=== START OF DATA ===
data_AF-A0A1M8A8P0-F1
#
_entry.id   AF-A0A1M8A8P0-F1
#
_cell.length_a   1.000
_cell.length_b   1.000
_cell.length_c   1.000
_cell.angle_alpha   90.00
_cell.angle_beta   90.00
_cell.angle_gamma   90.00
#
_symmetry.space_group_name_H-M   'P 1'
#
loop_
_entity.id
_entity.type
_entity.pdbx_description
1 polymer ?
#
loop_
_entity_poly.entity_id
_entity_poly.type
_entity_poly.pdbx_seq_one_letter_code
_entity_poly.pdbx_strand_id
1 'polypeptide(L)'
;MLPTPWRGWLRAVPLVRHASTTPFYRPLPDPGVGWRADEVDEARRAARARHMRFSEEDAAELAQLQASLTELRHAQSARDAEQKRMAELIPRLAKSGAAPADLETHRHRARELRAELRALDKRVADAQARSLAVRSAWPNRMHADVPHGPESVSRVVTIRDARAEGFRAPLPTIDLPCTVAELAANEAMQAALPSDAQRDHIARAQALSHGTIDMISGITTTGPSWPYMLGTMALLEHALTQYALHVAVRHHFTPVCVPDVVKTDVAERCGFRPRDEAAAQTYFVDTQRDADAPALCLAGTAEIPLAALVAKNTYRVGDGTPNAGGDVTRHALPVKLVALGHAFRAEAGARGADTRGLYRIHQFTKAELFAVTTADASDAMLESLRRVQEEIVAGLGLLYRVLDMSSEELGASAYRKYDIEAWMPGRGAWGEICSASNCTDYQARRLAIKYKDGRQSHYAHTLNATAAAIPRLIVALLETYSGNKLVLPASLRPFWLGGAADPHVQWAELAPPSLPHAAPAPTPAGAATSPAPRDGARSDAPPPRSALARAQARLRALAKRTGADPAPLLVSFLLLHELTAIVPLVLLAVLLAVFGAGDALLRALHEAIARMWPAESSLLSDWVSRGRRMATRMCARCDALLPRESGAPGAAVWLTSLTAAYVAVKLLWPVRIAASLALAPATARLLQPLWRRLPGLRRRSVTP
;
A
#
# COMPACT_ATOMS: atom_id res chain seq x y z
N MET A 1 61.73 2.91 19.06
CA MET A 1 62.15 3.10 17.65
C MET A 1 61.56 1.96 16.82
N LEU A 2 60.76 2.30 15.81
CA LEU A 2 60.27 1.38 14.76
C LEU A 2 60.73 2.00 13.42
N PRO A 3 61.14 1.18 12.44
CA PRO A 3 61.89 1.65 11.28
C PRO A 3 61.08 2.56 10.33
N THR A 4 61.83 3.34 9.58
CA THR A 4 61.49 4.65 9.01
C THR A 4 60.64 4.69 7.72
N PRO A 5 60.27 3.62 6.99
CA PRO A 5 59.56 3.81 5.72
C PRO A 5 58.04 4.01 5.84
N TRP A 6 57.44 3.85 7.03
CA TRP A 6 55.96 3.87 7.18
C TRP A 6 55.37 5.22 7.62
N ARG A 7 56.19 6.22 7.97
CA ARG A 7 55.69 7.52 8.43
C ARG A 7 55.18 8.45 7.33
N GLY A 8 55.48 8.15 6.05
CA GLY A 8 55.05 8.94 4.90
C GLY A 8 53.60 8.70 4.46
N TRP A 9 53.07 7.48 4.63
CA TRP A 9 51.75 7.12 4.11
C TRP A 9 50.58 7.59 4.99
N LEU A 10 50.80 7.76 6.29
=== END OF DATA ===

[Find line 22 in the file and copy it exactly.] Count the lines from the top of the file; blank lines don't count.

_entity_poly.type